LEXINGTON, Ky. (March 14, 2016) — The U.S. Department of Energy (DOE) National Energy Technology Laboratory has awarded nearly $1 million to Rick Honaker, professor and chair of the University of Kentucky Department of Mining Engineering, to develop a mobile pilot-plant facility for the recovery of rare earth elements from coal.
Honaker and his team, which includes collaborators at Virginia Tech and West Virginia University, will develop and test a mobile processing facility that can efficiently recover the rare earth elements present in coal and coal byproducts in an environmentally friendly manner.
"Previous research conducted by UK scientists and others have found that the critical materials needed for renewable energy technologies, such as cell phones and other electronics, are found in coal and coal byproducts at concentrations that may be economical to recover," Honaker said.
Rare earth elements, or REEs, are a series of chemical elements found in the Earth’s crust. Due to their unique chemical properties, REEs have become essential components of many technologies spanning a range of applications including electronics, computer and communication systems, transportation, health care and national defense. The demand, cost and availability of REEs has grown significantly over recent years stimulating an emphasis on economically feasible approaches for REE recovery.
The U.S. has 10.9 million tons of rare earth resources in coal deposits located in just five western and four eastern states, including Kentucky, West Virginia and Virginia, according to the U.S. Geological Survey Coal Quality Database.
"If advanced separation technologies become available, the resource base will increase substantially," Honaker said.
With those technologies, the coal industry could potentially produce approximately 40,000 tons of REEs annually, which is more than twice the amount consumed in the U.S.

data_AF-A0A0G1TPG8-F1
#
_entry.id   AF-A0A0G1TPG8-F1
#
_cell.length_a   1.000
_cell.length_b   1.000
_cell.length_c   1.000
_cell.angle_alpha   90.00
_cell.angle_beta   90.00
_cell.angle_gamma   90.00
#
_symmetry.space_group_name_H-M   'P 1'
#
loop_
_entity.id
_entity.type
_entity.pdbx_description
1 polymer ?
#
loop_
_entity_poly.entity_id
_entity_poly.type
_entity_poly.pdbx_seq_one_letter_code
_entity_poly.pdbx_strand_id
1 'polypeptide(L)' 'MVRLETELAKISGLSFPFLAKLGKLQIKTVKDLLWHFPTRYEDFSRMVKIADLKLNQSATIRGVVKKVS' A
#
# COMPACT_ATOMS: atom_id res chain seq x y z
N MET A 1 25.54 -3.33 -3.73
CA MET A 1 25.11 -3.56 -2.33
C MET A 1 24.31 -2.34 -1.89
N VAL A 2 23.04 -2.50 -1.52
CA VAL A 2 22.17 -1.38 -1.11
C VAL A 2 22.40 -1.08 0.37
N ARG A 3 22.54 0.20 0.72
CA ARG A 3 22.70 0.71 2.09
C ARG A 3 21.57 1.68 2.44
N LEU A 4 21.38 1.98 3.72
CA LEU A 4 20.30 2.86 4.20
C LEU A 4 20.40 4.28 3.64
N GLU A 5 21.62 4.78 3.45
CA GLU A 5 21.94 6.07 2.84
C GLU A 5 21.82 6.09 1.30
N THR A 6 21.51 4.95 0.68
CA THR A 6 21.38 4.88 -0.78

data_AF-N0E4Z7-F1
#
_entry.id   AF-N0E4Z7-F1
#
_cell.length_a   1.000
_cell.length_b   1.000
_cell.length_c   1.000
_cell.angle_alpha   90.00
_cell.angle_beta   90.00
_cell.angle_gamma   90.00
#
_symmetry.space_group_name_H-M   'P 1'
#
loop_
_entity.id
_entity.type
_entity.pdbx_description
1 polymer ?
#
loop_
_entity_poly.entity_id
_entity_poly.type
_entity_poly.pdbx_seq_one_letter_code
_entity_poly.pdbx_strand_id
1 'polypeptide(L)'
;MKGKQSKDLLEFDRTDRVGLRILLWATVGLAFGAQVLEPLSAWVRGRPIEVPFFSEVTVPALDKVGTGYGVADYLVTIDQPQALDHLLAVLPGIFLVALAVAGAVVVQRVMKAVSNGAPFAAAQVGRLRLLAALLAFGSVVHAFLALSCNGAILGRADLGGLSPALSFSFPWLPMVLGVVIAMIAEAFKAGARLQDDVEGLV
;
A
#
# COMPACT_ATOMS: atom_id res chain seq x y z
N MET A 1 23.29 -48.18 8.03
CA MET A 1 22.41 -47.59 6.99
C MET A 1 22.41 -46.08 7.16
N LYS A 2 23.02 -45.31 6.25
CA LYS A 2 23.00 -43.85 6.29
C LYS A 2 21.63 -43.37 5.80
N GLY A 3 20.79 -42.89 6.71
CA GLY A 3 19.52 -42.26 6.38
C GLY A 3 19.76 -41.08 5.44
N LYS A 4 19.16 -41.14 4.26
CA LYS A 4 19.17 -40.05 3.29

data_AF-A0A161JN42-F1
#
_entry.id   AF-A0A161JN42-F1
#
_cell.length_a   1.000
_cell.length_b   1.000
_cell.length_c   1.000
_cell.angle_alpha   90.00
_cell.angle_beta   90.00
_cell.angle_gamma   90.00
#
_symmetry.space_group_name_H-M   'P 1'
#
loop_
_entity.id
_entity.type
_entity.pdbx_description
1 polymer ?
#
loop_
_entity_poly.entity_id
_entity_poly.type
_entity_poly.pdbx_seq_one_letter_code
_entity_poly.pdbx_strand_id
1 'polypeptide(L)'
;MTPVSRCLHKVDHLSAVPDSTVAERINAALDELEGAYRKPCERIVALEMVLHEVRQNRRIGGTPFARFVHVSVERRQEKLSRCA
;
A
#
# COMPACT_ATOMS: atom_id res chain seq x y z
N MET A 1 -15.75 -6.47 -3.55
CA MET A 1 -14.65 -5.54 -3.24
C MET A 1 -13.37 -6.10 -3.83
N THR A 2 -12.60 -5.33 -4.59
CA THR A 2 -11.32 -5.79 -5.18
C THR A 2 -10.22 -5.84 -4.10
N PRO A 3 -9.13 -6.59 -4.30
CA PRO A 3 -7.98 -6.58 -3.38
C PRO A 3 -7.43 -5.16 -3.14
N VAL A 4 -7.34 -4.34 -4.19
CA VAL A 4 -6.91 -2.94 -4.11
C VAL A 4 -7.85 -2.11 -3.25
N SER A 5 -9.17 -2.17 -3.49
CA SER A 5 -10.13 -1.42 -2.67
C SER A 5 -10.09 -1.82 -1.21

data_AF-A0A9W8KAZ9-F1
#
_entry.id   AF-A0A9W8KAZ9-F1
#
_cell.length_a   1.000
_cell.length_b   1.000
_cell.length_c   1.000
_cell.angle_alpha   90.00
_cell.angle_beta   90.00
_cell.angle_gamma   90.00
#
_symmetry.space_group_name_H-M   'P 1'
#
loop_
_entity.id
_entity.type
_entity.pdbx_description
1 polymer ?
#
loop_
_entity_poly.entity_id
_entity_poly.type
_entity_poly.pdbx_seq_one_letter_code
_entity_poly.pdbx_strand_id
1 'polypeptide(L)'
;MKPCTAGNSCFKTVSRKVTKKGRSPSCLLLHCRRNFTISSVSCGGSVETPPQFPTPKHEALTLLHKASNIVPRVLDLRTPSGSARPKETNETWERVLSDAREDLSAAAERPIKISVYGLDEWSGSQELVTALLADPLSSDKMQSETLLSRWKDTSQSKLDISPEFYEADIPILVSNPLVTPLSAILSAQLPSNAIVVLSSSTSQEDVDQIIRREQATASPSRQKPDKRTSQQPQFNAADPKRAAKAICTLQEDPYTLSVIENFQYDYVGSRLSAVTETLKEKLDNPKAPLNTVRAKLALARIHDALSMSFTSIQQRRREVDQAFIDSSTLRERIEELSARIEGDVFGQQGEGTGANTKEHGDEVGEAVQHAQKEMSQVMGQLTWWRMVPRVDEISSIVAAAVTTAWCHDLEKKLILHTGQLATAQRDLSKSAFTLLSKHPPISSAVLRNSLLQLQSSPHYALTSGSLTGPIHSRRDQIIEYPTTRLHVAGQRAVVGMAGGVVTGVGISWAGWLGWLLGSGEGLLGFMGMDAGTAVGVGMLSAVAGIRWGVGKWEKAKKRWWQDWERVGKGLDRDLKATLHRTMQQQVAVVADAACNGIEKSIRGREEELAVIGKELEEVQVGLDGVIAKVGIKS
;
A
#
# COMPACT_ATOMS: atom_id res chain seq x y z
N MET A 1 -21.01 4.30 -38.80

As Chairman of the House Appropriations Committee, U.S. Rep. Hal Rogers (KY-05) supported funding for REE recovery projects in the federal budget for fiscal year 2016.
“Our coal-producing states are working diligently to recover from the devastating loss of coal mining jobs in today’s economy. In fact, Kentucky alone has suffered the loss of nearly 11,000 coal mining jobs since 2009. Experimental projects, like UK’s mobile REE recovery plant, could save and create new coal-related jobs and opportunities in eastern Kentucky,” said Congressman Rogers. “I applaud Professor Honaker and the vision of UK’s leaders to find new applications for coal and coal byproducts for the development of everyday technologies, such as smart phones, computers and rechargeable batteries. This effort to find more uses for our country’s most plentiful resource could put many people back to work in the coalfields.”
Honaker's project is one of only 10 projects awarded and is the only one that is focused on physical concentration methods as a means for recovering REE directly from the coal sources rather than from a coal combustion byproduct.
The DOE is funding $999,797, while $320,212 will come from other project partners. Total funding for the mobile facility design is $1,320,009 in Phase I. The team will also work with industrial participants, which include Arch Coal, Blackhawk Mining, Bowie Refining, Eriez Manufacturing and Minerals Refining Company. If Phase I is successful, Phase II ($6 million) will involve construction and testing of the mobile facility.
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